How to reconfigure a buck converter for multiple outputs

-November 28, 2017


Power supply circuits come in the form of voltage step-up (boost) or the more common step-down (buck) DC/DC converter. Many of today’s applications require multiple voltage rails to drive a variety of ICs. These rails can be inverting or non-inverting, with or without isolation. While designers typically use multiple buck converters with single filter inductors, they add cost, footprint and height. A simpler alternative is to use a single buck converter with coupled inductors or transformers configured in isolated converter topologies. Designers can use the buck converter for inverting or non-inverting voltage rails, and they can configure it for use as an inverting buck-boost converter. Coupled inductors or transformers can also be used with a buck-boost converter to generate multiple inverting or non-inverting outputs with voltage step up/down function.

This article will highlight various isolated/non-isolated DC/DC converter topologies and demonstrate how they can be implemented using a single synchronous buck converter. We’ll also look at other topologies and show how they are suitable for various applications.


A look at three DC/DC converter topologies

The beauty of generating various converter topologies based on a single buck converter is that an opto-coupler and its related circuitry are not required. This provides the benefit of a smaller footprint, lower component count, reduced complexity and cost savings. Besides generating multiple outputs, the buck converter is configurable to operate as an inverting buck-boost converter, essentially providing a voltage step-up function. In addition, designers can create an isolated buck-boost converter using a similar concept.

1. Isolated buck topology

A. +/- Step-down output: circuit operation1

An inverting and non-inverting step-down output can be generated with an isolated buck topology. Figure 1 shows how it delivers a +/- output rail to any application that requires a positive and a negative supply.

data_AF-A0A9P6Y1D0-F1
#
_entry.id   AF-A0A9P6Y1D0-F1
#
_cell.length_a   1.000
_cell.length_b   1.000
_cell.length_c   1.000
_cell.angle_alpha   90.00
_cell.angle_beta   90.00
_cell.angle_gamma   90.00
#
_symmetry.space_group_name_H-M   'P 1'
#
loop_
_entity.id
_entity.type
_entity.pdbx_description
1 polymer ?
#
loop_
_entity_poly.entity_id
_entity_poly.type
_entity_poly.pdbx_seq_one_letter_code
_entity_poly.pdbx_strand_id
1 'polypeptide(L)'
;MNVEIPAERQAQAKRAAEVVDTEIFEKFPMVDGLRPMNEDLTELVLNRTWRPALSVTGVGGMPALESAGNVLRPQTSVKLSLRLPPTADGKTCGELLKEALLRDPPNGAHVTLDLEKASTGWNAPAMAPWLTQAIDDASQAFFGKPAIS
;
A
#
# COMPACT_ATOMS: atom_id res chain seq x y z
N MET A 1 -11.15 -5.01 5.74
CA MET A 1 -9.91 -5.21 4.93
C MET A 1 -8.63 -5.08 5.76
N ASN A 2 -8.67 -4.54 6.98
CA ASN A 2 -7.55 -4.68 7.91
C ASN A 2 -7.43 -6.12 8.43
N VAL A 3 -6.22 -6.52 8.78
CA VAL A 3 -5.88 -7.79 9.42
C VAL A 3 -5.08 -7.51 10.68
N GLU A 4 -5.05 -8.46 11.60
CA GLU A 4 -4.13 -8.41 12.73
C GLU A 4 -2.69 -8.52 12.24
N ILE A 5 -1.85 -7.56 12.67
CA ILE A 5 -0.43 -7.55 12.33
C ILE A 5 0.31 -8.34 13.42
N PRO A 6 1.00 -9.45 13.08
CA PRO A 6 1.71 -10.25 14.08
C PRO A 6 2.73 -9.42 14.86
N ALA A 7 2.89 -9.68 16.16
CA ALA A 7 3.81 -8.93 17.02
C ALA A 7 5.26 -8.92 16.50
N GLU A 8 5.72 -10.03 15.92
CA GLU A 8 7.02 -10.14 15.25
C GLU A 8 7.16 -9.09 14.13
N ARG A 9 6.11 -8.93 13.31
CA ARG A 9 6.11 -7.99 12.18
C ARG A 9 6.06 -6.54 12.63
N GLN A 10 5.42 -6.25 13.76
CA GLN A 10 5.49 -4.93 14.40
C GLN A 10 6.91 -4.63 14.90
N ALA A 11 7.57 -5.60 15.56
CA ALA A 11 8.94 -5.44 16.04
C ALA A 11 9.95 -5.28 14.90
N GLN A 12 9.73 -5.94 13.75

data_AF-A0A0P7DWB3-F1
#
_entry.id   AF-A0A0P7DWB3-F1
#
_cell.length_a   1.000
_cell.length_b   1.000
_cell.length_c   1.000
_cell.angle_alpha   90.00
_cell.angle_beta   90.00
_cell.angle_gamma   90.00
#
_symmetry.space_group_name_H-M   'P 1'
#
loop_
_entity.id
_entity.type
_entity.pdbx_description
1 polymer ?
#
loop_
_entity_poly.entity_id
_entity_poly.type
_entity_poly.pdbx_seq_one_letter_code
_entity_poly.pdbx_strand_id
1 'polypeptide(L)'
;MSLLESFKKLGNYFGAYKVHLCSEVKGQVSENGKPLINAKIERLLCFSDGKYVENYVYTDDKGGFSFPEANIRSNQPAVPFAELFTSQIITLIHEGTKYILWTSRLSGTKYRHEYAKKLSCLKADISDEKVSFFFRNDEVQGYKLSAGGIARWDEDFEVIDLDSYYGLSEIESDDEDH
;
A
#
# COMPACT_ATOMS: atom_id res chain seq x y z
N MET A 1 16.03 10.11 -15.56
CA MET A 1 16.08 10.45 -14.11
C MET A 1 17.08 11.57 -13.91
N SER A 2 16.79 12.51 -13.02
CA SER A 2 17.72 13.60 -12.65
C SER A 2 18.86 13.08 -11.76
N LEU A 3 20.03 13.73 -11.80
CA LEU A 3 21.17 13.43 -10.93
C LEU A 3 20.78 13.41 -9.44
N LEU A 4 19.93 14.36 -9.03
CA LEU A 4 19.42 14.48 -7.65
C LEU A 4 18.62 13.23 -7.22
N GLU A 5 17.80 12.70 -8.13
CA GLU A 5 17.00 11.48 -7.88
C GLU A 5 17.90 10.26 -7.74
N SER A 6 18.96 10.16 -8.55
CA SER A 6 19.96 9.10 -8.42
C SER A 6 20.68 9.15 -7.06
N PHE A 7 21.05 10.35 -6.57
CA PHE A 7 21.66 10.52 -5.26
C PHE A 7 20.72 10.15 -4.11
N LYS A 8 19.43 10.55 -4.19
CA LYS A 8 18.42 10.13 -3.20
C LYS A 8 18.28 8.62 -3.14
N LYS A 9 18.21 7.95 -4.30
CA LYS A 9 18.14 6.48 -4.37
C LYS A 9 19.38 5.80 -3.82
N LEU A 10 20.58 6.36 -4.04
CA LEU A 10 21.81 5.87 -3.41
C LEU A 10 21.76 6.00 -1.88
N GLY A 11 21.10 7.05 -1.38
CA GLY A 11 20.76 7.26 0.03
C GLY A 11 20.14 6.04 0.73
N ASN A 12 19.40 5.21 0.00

Figure 1
Synchronous buck regulator uses isolated buck topology to generate ± Vout rail1

With reference to Figure 1, the primary and secondary outputs are given by the following equations, assuming the leakage inductance of the coupled inductor or transformer and the DC resistance of the windings is negligible:

where VIN is the input voltage, VO1 and VO2 are the primary and secondary outputs, respectively, D is the duty cycle, N is the turns ratio of the transformer, and Vdiode is the forward voltage drop across the diode.

During the cycle when the high side switch is on (current flow indicated by the green arrow in Figure 1), the primary current ramps up and stores the energy in the magnetizing inductance of the transformer and the primary output capacitor. The diode on the secondary side is reverse biased and the load current on the secondary side is supplied by the output capacitor.

During the cycle when the low side switch is on (current flow indicated by the red arrow in Figure 1), the primary current ramps down and releases the stored energy in the magnetizing inductance of the transformer, and the load current on the primary side is supplied by the output capacitor. The diode on the secondary side is forward biased and the current flows from the transformer to supply current to the load, and charges up the secondary output capacitor. At steady state, the voltage at the secondary output is proportionally inverted compared to the voltage at the primary output, assuming the diode voltage drop, transformer winding resistance, and leakage inductances are negligible. Figure 2 shows the operating waveforms for this architecture.


Figure 2
Operating waveforms for a +/- step-down design1


B. +/+ step-down output2